Monday, March 28, 2011

On Benedictines, the Medal of St. Benedict, etc.

I came across a story online today about a group of Benedictine nuns in the UK who have started a new website, The Digitalnun Daily, with the sisters' take on news, entertainment, art, etc. If you like to add new Catholic content to your daily regimen of internet reading, you should check them out. Their new site looks promising.

These sisters are, as I said before, Benedictine nuns, which means they follow the Rule of St. Benedict. Which led me to start thinking about the Medal of St. Benedict. Ever heard of it? It's a very old and important sacramental of the Church which is making a comeback. I've seen the medal around quite a bit and you probably have, too. I just did not know much about it. So, I decided to do a little research. Let's learn a little bit about sacramentals and the Medal of St. Benedict. Let's start with Benedict himself.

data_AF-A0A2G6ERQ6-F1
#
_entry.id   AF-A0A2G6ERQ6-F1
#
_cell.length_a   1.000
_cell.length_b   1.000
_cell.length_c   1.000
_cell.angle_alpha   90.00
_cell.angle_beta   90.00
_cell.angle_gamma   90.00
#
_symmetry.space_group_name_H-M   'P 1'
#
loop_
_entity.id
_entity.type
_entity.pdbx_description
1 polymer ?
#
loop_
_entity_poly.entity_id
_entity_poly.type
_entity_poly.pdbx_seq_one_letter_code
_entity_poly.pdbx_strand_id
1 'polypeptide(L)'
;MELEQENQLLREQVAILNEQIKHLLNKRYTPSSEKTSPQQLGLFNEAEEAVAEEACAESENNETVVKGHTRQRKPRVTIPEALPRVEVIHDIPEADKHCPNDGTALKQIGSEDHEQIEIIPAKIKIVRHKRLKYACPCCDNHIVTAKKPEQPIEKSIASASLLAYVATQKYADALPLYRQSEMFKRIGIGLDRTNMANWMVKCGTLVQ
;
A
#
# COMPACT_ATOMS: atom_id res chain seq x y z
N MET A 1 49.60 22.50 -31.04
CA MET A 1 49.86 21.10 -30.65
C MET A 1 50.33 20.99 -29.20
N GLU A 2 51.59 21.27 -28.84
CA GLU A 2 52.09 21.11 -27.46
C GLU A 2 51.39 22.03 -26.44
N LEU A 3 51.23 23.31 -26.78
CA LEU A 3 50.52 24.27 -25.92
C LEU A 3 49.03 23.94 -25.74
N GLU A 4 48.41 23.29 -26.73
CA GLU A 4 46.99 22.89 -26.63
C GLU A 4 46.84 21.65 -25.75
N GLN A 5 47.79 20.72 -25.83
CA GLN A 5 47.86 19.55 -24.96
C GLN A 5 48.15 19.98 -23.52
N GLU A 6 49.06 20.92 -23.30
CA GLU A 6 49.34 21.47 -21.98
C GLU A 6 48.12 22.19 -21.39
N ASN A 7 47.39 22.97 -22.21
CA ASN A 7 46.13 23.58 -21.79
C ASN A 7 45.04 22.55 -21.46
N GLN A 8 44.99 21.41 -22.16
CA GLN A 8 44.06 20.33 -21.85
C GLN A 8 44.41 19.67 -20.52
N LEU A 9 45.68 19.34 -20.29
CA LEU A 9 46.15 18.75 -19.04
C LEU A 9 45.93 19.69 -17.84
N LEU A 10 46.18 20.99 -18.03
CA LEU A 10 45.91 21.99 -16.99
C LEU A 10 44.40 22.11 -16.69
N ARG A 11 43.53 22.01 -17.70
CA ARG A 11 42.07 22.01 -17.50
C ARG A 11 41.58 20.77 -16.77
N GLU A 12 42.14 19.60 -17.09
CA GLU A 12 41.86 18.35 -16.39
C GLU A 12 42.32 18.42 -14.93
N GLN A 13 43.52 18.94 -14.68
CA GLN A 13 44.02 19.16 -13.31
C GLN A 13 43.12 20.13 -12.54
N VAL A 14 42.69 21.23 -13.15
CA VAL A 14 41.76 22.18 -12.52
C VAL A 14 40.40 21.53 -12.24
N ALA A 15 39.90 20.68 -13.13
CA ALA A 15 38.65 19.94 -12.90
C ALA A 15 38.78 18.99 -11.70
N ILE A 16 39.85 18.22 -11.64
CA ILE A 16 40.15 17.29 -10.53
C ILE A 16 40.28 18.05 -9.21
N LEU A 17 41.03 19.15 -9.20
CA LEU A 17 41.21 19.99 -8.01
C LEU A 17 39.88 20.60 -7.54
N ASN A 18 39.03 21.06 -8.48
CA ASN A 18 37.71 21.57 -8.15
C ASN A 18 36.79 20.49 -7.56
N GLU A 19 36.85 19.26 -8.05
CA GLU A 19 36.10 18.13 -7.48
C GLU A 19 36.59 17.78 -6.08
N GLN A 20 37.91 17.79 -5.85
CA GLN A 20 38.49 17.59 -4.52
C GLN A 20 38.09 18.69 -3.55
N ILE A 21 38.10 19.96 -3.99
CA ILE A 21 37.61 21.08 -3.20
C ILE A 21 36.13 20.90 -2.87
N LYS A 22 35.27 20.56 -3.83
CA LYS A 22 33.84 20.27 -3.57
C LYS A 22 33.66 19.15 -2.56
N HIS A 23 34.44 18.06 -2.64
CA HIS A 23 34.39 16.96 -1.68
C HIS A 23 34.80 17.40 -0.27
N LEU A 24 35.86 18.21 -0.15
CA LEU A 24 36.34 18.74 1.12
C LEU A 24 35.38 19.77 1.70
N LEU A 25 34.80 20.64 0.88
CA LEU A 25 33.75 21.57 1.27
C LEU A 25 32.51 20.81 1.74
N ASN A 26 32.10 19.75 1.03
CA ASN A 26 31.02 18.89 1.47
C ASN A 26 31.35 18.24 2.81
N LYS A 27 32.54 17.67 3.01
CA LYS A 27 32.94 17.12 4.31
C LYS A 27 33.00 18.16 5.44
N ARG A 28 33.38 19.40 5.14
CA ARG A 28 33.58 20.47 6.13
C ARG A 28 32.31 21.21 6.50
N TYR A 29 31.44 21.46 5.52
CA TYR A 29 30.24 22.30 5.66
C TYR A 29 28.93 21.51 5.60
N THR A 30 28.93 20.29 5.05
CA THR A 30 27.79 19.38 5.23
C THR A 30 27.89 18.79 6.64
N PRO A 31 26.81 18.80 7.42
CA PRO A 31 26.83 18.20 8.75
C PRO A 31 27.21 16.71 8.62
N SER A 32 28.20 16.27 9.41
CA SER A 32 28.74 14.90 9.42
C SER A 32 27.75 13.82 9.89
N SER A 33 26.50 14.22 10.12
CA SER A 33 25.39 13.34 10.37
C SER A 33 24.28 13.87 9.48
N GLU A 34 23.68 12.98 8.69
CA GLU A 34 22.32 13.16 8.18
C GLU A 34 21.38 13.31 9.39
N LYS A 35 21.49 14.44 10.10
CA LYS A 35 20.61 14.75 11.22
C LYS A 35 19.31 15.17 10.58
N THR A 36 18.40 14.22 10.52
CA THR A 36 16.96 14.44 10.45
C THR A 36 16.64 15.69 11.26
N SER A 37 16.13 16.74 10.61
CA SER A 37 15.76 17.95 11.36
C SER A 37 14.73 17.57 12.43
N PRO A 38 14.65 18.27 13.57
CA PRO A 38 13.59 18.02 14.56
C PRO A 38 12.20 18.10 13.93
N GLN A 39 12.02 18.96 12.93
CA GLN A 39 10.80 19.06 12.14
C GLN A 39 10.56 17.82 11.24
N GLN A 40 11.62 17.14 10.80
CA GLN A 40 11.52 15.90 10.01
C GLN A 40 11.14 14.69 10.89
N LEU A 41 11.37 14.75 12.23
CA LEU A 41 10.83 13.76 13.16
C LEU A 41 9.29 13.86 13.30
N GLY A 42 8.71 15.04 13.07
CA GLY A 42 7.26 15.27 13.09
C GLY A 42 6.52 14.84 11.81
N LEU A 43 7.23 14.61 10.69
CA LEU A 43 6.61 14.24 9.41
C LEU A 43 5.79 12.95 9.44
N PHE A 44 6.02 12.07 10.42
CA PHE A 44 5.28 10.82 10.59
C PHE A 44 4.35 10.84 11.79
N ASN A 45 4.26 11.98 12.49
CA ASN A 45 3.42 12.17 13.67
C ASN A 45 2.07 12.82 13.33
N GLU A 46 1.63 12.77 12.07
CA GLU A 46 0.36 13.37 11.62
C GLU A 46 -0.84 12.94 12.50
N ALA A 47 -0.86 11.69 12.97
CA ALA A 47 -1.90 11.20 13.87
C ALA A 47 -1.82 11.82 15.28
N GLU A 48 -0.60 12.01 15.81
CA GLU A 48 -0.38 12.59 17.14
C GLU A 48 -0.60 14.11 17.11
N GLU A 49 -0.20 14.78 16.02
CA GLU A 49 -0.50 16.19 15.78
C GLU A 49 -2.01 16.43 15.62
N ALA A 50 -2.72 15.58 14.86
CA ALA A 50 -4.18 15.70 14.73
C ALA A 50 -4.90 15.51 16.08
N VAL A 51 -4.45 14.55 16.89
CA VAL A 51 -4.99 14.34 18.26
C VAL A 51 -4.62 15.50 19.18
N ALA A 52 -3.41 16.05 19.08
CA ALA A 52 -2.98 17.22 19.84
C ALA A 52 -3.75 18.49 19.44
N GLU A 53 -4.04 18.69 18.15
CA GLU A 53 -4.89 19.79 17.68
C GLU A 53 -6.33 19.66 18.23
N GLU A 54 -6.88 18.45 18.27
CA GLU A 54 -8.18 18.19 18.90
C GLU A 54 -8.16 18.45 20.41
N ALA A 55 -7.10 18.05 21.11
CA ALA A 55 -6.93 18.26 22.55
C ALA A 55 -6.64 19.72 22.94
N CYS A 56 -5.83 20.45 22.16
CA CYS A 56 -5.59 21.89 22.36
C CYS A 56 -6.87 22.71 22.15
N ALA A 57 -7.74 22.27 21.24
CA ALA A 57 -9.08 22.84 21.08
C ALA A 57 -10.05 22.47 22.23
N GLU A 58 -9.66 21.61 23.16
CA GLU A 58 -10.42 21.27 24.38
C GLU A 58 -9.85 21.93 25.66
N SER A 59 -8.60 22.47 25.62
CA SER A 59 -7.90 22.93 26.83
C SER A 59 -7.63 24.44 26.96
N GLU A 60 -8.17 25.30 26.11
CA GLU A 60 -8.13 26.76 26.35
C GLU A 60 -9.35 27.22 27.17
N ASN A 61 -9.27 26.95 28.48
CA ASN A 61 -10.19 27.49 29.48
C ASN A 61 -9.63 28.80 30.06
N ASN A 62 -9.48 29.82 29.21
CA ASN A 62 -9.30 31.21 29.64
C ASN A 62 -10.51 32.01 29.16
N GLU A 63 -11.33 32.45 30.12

Who was St. Benedict?

St. Benedict of Nursia (d. 547)  is widely considered to be the "father of Western monasticism" because he is credited with being the first person in Europe to write and adopt a specifically Christian "way of life" which was both practical and widely effective. According to St. Benedict's "rule", monks would live together in a monastic community (the monastery) with the times of their day mapped out and divided between work, prayer, rest and worship. Benedict's Rule soon became the model for Christian monasticism throughout Europe and spread like wildfire throughout the continent during the Middle Ages. It led to the development of very organized (yet autonomous) monasteries throughout Europe which played an important role of cohesion between rural, warring European societies throughout the centuries and which preserved much ancient European learning and culture. This is the reason that St. Benedict is considered to be the first patron saint of Europe. Benedict was a very holy and devout Christian. The motto of his monastery was "pax" which is Latin for "peace" because he believed that in living out the rule in harmony and holy obedience, inner and eternal Christian peace would result.

What is a Sacramental?